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Florida Revolt*

Florida's Oil Revolt

Thursday, July 5, 2001; Page A12

THIS WEEK'S decision against oil drilling right off the coast of Florida is a defeat for the administration's ambitions to expand energy supplies; but it's a defeat with a large twist. The politics surrounding it dramatized one of President Bush's central claims about energy policy: That new supply is often blocked by an emotional mixture of environmental fears and NIMBYism. Here was a drilling proposal first advanced by the greenish Clinton administration; yet it was set upon as though it were some plot cooked up by oil men from Houston. Democratic Sen. Bill Nelson of Florida spoke of "waves of oil lapping onto our shores" and used the anti-democratic device of placing a hold on the Senate confirmation of the would-be No. 2 official at the Interior Department. Meanwhile Florida's Gov. Jeb Bush fought the proposal despite the embarrassment to his brother, and he celebrated his victory on Monday with a Not-In-My-Back-Yard howl of triumph. The new drilling would now be off the coast of Alabama, the governor said.

The good news is that the administration has suffered a blow to a part of its energy policy that was never convincing. It's true that as the population and economy grow the country needs more oil and, especially, natural gas; but the idea that U.S. security depends on new oil exploration is exaggerated. The nation currently imports about half its oil, and whether that reliance on outsiders rises or falls by 5 or 10 percentage points won't greatly affect U.S. ability to deal with troublesome producers such as Iraq. Equally, the idea that U.S. economic security depends on new oil exploration is a stretch. Expanded U.S. production won't guarantee lower oil prices for consumers. Indeed, the Persian Gulf states might respond to new U.S. supply by cutting their production, leaving world prices unchanged.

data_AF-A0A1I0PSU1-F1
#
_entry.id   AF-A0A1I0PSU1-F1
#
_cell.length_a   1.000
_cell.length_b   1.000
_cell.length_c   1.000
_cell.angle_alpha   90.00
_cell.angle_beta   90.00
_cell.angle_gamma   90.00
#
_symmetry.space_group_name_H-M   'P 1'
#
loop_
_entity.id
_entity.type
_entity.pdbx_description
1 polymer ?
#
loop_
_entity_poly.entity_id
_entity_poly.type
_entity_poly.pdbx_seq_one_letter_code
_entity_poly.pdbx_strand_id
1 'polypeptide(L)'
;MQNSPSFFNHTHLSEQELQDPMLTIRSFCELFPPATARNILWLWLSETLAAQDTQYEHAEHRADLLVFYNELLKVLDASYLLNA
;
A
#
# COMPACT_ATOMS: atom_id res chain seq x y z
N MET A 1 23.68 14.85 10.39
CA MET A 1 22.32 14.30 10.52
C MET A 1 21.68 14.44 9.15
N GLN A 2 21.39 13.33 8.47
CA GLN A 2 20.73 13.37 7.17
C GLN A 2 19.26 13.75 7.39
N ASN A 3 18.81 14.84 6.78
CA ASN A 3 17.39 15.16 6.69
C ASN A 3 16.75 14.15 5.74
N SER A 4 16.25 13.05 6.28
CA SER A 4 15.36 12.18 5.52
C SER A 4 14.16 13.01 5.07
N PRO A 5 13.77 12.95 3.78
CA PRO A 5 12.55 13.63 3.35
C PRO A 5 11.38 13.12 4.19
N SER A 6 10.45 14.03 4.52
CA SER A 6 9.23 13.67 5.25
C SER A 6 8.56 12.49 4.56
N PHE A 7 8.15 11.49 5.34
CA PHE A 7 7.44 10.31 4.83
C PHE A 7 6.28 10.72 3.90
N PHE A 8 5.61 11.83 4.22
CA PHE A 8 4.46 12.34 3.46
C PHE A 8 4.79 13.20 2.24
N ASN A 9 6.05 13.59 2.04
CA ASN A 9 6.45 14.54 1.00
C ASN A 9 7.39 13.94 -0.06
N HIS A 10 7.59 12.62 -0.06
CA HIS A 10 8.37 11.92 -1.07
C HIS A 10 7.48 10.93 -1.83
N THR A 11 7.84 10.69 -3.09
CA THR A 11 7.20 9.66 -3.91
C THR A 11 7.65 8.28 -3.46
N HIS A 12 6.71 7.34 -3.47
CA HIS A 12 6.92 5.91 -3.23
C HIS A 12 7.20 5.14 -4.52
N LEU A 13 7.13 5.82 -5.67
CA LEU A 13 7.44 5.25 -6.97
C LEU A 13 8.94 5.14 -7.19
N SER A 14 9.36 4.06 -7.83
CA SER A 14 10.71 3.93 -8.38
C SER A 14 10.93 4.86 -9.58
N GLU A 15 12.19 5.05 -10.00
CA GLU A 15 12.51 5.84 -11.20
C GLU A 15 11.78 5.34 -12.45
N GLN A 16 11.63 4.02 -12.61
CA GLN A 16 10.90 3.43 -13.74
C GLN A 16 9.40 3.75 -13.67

Judgments about new oil exploration therefore come down to a simple question: Do the profits from selling the oil outweigh the environmental risks? The answer depends on how much you value the environment, which is to say that it will vary in different states. The prospect of exploration platforms 17 miles offshore was enough to trigger a mini-revolt in Florida -- even though they would likely have been extracting relatively clean gas rather than potentially polluting oil. But other Gulf Coast states are more tolerant of offshore drilling. It's not so terrible to take these local and political factors into account.

The same cannot be said, however, for another part of the Bush energy plan, which calls for an expanded effort to build electricity transmission lines. Here there is a pressing national interest in modernizing the electricity grid, which would make blackouts less likely and reduce the nation's overall need for power plants by allowing electricity to be shared among different regions. But the same emotional mix of environmentalism and NIMBYism frustrates the building of transmission lines. This is an area where the Bush administration ought to win.

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